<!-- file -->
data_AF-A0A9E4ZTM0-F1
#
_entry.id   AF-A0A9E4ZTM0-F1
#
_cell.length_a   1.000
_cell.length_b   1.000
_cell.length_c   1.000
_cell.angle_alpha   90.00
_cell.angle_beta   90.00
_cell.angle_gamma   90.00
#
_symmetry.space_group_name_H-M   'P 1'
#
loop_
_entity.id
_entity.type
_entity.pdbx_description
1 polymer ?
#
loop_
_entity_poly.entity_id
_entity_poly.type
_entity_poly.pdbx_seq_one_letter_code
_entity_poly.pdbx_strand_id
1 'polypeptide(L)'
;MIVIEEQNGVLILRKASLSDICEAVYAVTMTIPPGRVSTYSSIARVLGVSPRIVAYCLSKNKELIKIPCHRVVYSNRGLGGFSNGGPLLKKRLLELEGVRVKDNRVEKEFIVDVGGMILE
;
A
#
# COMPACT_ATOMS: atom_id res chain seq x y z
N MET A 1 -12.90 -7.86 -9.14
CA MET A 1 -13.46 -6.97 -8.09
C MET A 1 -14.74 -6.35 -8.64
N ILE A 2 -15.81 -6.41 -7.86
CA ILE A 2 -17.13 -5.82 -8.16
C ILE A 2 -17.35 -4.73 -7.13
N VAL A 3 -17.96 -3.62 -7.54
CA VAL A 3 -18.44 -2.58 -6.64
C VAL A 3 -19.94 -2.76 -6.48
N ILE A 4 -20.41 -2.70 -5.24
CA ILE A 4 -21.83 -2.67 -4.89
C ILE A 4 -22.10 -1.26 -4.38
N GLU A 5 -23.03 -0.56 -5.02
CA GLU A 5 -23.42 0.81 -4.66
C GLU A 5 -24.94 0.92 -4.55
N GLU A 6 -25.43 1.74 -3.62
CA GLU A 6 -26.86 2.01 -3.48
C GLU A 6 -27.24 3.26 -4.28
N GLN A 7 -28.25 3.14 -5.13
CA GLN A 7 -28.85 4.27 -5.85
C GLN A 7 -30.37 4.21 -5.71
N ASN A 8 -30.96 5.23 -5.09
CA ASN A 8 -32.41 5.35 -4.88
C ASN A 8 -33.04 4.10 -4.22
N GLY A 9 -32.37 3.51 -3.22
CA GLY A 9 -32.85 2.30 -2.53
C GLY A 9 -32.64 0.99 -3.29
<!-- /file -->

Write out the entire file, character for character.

data_AF-A0A9E4ZTM0-F1
#
_entry.id   AF-A0A9E4ZTM0-F1
#
_cell.length_a   1.000
_cell.length_b   1.000
_cell.length_c   1.000
_cell.angle_alpha   90.00
_cell.angle_beta   90.00
_cell.angle_gamma   90.00
#
_symmetry.space_group_name_H-M   'P 1'
#
loop_
_entity.id
_entity.type
_entity.pdbx_description
1 polymer ?
#
loop_
_entity_poly.entity_id
_entity_poly.type
_entity_poly.pdbx_seq_one_letter_code
_entity_poly.pdbx_strand_id
1 'polypeptide(L)'
;MIVIEEQNGVLILRKASLSDICEAVYAVTMTIPPGRVSTYSSIARVLGVSPRIVAYCLSKNKELIKIPCHRVVYSNRGLGGFSNGGPLLKKRLLELEGVRVKDNRVEKEFIVDVGGMILE
;
A
#
# COMPACT_ATOMS: atom_id res chain seq x y z
N MET A 1 -12.90 -7.86 -9.14
CA MET A 1 -13.46 -6.97 -8.09
C MET A 1 -14.74 -6.35 -8.64
N ILE A 2 -15.81 -6.41 -7.86
CA ILE A 2 -17.13 -5.82 -8.16
C ILE A 2 -17.35 -4.73 -7.13
N VAL A 3 -17.96 -3.62 -7.54
CA VAL A 3 -18.44 -2.58 -6.64
C VAL A 3 -19.94 -2.76 -6.48
N ILE A 4 -20.41 -2.70 -5.24
CA ILE A 4 -21.83 -2.67 -4.89
C ILE A 4 -22.10 -1.26 -4.38
N GLU A 5 -23.03 -0.56 -5.02
CA GLU A 5 -23.42 0.81 -4.66
C GLU A 5 -24.94 0.92 -4.55
N GLU A 6 -25.43 1.74 -3.62
CA GLU A 6 -26.86 2.01 -3.48
C GLU A 6 -27.24 3.26 -4.28
N GLN A 7 -28.25 3.14 -5.13
CA GLN A 7 -28.85 4.27 -5.85
C GLN A 7 -30.37 4.21 -5.71
N ASN A 8 -30.96 5.23 -5.09
CA ASN A 8 -32.41 5.35 -4.88
C ASN A 8 -33.04 4.10 -4.22
N GLY A 9 -32.37 3.51 -3.22
CA GLY A 9 -32.85 2.30 -2.53
C GLY A 9 -32.64 0.99 -3.29